During Trial, It Went from Bad to Worse

In the lead-up to the trial, the case was deemed to be “the trial of the century,” the outcome of which – activists had implied – would determine the future of climate cases to come. Once trial was underway, it didn’t take long for everyone to notice that underneath the sweeping claims in the complaint and bold statements made in the media, there wasn’t much substance.

The New York Post editorial board said the case was “most notable for … how badly it has fizzled,” adding that “the entire thing has been a shameless exercise in prosecutorial abuse.” The Wall Street Journal editorial board called it a “show trial.” (emphasis added)

Sentiment towards New York’s case didn’t grow any more positive as trial continued. Amid the attorney general’s questioning of investors, Bloomberg reported, “A series of witnesses failed to provide any concrete evidence that the oil giant knowingly misled shareholders about its climate change accounting.” Further, the state’s “expert” witnesses demonstrated beyond a shadow of a doubt that they were “expert” in name only. (emphasis added)

As if that weren’t enough, the attorney general abruptly dropped two of its fraud charges against the company during the trial’s closing statements, revealing that New York knew it had failed to provide any evidence to support the claims and would instead rely solely on the state’s extremely powerful Martin Act. After years of boasting about its case, the state ended its trial with nothing to show for it except a prime example of what abusing power and wasting taxpayer dollars looks like.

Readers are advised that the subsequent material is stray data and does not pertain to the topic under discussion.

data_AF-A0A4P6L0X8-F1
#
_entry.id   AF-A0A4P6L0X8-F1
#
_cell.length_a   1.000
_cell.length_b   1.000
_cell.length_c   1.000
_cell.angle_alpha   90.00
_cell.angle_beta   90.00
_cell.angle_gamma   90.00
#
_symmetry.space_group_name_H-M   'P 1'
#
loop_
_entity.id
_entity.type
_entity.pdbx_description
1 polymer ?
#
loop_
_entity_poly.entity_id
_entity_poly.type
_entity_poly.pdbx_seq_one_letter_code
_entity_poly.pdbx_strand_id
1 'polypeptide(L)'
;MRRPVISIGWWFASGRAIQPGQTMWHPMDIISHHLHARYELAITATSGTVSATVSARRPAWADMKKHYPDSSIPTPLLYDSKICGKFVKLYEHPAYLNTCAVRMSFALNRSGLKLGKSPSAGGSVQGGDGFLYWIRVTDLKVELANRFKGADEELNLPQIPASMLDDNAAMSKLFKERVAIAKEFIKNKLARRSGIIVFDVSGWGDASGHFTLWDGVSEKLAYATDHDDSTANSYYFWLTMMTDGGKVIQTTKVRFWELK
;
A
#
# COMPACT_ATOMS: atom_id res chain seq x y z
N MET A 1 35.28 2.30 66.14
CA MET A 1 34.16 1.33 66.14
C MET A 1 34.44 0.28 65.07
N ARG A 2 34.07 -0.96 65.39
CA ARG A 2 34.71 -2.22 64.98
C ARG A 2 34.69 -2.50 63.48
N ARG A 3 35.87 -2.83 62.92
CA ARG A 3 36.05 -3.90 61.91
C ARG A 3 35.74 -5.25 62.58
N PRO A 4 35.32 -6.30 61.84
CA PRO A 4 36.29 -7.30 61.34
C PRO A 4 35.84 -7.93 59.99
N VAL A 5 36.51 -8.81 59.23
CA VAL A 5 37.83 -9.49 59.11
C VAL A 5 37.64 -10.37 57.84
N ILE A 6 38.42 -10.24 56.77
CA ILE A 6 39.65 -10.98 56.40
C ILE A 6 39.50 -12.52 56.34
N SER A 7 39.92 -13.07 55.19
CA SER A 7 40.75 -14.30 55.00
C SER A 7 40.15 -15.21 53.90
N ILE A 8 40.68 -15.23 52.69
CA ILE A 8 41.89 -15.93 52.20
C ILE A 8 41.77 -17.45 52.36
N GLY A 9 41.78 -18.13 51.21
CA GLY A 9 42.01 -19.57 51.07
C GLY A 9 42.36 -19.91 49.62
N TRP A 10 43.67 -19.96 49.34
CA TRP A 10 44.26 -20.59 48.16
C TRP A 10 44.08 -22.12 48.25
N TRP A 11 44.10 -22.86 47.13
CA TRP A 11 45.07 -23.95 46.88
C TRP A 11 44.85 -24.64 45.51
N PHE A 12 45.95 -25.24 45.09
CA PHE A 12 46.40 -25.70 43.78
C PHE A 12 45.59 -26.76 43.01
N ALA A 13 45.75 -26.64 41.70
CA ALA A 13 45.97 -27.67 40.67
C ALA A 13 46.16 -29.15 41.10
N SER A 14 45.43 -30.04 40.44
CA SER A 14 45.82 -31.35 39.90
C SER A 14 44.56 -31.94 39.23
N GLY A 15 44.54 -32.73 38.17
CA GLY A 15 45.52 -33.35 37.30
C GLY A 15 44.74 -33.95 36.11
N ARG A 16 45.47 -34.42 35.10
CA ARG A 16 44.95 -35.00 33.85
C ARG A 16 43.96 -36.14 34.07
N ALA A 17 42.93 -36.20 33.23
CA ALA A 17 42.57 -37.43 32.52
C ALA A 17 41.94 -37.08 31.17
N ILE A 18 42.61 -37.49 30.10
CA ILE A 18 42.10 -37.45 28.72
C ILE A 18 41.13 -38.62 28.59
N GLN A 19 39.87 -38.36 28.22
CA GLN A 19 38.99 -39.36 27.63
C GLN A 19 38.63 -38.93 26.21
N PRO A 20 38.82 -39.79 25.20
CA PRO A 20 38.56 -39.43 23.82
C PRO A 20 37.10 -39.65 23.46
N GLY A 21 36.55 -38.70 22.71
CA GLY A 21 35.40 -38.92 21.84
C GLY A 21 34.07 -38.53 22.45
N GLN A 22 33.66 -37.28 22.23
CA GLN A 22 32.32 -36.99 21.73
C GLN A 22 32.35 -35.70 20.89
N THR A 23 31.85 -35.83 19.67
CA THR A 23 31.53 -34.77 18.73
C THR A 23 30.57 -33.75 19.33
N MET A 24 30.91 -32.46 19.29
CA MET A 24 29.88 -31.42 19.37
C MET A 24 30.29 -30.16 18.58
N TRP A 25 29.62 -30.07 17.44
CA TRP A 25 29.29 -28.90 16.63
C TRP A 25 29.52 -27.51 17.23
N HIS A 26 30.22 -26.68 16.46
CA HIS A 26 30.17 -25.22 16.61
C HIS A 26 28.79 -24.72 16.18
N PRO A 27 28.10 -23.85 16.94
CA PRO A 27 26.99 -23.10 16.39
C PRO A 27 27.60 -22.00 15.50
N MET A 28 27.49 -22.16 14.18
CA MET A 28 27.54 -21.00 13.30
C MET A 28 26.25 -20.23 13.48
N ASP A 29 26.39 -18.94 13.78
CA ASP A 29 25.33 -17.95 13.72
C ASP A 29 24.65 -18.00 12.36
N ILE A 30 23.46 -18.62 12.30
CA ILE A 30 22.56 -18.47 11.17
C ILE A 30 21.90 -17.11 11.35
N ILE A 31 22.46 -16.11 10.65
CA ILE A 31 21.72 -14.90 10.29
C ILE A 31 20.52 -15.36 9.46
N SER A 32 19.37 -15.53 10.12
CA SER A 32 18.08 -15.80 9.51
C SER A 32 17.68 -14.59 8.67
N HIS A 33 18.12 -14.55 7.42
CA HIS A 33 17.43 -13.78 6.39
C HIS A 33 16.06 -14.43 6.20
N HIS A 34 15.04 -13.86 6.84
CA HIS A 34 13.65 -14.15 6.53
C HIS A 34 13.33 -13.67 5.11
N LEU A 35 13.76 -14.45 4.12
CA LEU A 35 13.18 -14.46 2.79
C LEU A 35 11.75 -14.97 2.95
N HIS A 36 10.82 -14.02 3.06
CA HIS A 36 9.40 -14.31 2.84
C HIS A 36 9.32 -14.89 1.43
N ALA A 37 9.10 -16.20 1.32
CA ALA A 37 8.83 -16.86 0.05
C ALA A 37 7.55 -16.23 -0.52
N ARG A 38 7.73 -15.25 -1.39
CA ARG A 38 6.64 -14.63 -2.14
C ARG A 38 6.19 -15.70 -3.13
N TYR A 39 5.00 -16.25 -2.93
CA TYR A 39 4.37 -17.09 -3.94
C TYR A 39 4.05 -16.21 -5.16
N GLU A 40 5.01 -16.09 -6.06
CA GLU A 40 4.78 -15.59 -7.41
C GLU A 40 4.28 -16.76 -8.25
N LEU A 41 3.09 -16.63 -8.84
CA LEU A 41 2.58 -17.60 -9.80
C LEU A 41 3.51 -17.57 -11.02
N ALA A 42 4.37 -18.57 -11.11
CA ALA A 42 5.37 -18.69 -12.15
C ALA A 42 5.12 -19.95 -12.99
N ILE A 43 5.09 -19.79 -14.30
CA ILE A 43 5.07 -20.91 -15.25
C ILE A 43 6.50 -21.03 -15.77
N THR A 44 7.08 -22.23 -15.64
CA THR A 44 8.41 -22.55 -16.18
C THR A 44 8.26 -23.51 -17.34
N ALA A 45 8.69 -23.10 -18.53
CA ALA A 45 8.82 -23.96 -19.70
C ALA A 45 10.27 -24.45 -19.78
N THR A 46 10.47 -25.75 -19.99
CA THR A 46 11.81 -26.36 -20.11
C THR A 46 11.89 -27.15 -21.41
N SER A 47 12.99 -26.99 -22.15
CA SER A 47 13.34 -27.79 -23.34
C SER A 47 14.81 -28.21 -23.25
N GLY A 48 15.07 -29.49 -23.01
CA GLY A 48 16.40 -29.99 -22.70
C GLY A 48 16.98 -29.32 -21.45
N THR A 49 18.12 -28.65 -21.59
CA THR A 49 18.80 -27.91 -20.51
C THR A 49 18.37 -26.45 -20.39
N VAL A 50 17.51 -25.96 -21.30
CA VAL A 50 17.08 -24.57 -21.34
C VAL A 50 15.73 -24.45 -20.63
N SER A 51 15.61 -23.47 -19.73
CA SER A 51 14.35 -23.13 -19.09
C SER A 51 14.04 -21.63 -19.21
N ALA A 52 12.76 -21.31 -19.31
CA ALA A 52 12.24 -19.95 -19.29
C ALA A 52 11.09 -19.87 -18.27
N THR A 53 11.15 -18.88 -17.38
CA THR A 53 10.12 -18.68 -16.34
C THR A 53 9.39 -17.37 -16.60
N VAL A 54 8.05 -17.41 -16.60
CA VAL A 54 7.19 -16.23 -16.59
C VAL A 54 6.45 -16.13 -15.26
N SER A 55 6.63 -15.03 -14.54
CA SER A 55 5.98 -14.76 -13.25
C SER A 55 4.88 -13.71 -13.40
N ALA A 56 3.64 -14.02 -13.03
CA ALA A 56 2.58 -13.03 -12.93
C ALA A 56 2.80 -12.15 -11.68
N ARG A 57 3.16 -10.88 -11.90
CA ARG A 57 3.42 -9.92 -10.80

New York’s Decision Not to Appeal is the Best One It Made in Four Years

Deciding not to appeal Justice Ostrager’s verdict is the first right decision the New York attorney general has made in this case over its four-plus years.

With nothing but millions of wasted taxpayer dollars and resources to show for it, the state’s case should serve as a cautionary tale for public officials and municipalities that have filed or are considering filing similar litigation.

The post It’s Official: New York’s Case Against ExxonMobil Is Over appeared first on EnergyInDepth Climate & Environment.

Read More

Energy in Depth's picture

Thank Energy in Depth for the Post!

Energy Central contributors share their experience and insights for the benefit of other Members (like you). Please show them your appreciation by leaving a comment, 'liking' this post, or following this Member.

Discussions

No discussions yet. Start a discussion below.

Get Published - Build a Following

The Energy Central Power Industry Network is based on one core idea - power industry professionals helping each other and advancing the industry by sharing and learning from each other.

If you have an experience or insight to share or have learned something from a conference or seminar, your peers and colleagues on Energy Central want to hear about it. It's also easy to share a link to an article you've liked or an industry resource that you think would be helpful.

                 Learn more about posting on Energy Central »